Genre: Mystery Thriller
I wasn’t swept away by the wave. It simply lapped at my feet.
Have you ever read a story where you’re so completely transfixed that the world around you just seems to slip away? You’re not breathing or existing, you’re just so in the moment in another galaxy that the only thing that matters are the words on the page.
This book was transfixing and written beautifully and that seems odd to say since it’s centered around death, a lot of death. There has been a hideous perfect crime. In a castle city based on the coast of the Sea of Japan there has been a mass murder. 17 people of the same family have died from Cyanide Poisoning and there are only two survivors. A gentle housekeeper and the daughter of this elite family who happens to be blind. The daughter’s name is Hisako and she is riveting in every way to all. Well, almost all, there is somebody out there who suspects Hisako of committing this heinous crime and he seeks her out in order to finally bring justice. He just might be too late.
The Aosawa Murders is a novel where the perspectives of at least 10 people are told. We are first introduced to Hisako’s childhood friend Makiko who has written a book off her experience of witnessing the murders. It’s heartbreaking as we go through the chain of events and timelines that led up to and after the murder. It’s a lesson that even years after the fact, such tragedy can leave lifelong scars on both survivors and their family members. My heart particularly broke for the housekeeper as she became a shadow of who she once was.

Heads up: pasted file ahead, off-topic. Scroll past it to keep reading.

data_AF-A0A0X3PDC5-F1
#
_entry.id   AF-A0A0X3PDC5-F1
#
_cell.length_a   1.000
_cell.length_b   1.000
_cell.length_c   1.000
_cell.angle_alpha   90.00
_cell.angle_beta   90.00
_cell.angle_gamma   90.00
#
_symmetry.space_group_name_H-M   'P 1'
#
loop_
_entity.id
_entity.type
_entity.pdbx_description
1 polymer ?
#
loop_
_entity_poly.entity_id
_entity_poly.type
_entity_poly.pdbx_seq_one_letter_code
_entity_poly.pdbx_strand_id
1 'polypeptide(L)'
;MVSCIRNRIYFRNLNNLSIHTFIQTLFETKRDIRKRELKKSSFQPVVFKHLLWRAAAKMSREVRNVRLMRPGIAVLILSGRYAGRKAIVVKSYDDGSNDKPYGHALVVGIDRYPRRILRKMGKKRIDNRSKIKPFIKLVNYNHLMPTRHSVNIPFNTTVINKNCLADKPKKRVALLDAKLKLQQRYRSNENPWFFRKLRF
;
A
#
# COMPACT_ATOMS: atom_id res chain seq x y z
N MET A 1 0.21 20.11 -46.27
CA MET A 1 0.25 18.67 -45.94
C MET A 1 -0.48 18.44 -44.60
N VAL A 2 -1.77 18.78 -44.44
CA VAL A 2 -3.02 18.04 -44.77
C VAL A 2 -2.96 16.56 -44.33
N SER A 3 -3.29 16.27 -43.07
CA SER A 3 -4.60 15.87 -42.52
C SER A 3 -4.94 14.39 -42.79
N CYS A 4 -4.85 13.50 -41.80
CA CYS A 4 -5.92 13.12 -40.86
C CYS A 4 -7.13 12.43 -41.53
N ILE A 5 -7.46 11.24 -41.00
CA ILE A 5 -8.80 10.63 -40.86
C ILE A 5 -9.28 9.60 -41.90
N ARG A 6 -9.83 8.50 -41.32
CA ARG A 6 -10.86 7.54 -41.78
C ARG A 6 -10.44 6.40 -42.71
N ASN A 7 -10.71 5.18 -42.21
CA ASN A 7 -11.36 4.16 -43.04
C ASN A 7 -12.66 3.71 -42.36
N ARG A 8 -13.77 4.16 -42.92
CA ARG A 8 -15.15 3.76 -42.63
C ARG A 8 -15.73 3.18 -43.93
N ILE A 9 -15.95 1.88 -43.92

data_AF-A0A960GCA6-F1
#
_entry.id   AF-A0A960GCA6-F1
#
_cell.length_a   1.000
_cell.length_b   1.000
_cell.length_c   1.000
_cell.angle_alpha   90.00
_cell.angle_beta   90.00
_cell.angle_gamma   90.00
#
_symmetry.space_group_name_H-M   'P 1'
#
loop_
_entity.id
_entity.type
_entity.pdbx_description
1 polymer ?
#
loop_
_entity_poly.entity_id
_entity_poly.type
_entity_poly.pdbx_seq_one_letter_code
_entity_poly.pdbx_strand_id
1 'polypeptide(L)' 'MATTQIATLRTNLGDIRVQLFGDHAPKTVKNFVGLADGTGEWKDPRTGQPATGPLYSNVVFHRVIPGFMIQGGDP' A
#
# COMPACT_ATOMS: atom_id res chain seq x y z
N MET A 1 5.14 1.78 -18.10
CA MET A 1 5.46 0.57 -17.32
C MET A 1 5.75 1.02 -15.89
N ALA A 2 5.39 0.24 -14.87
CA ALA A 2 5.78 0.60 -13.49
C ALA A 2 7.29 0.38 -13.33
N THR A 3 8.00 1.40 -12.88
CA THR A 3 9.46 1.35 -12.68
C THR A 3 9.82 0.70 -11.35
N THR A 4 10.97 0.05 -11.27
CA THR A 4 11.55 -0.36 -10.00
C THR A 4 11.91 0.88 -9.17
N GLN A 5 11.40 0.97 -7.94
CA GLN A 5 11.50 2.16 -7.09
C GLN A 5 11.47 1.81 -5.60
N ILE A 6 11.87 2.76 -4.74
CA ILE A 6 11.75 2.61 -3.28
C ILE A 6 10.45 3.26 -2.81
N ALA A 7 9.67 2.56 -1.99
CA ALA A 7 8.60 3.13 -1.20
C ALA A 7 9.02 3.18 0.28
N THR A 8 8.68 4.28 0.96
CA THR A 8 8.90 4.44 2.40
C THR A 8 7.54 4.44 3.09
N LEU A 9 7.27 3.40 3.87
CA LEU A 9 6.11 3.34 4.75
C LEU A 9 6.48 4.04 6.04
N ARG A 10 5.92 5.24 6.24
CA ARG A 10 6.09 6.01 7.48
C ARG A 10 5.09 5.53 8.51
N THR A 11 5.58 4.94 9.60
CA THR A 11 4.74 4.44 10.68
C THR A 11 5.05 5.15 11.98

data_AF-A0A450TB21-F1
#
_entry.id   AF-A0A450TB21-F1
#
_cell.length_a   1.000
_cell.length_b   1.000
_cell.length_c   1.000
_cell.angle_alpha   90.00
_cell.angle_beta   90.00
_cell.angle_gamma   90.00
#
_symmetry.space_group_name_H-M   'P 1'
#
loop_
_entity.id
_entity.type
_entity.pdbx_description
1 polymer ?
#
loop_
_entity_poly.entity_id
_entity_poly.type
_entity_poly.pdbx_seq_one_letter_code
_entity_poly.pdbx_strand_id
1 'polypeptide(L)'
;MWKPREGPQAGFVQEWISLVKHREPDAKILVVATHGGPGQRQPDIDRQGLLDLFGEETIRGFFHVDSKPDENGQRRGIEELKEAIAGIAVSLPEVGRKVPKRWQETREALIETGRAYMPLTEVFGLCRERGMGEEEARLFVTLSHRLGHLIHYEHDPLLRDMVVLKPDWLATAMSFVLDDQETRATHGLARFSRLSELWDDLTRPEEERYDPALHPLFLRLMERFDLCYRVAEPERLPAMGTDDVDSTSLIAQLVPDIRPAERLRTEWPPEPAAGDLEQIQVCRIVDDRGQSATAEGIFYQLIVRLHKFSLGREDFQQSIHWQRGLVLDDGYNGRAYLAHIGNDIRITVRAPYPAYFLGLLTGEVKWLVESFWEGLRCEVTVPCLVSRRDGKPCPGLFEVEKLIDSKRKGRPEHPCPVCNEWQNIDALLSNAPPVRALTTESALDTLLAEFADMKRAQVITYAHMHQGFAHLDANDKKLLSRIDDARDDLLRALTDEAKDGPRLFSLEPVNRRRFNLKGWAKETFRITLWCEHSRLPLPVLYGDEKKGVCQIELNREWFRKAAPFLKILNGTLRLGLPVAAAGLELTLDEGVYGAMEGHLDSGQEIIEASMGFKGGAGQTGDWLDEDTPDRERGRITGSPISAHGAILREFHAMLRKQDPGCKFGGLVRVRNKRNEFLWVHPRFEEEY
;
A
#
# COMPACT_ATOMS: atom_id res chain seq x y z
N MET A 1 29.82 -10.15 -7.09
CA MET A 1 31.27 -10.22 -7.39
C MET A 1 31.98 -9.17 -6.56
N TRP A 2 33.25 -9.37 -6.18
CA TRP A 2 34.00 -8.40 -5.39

This book can be confusing at times but with me, Japanese novels often are and that’s okay. I was lost in the descriptive words and delicate writing and enjoyed myself way more than I thought I would. The end eluded me but after rereading it and the beginning again I think I got the gist of it. The mystery is not just neatly handed to you, it’s something you will have to work out yourself. This is a heartbreaking, creepy tale told beautifully. It serves a reminder that not everything is what it appears to be.
Thanks very much to Edelweiss and the publisher for a copy of this ARC. All opinions are my own.
Expected publication: February 18th 2020 by Bitter Lemon Press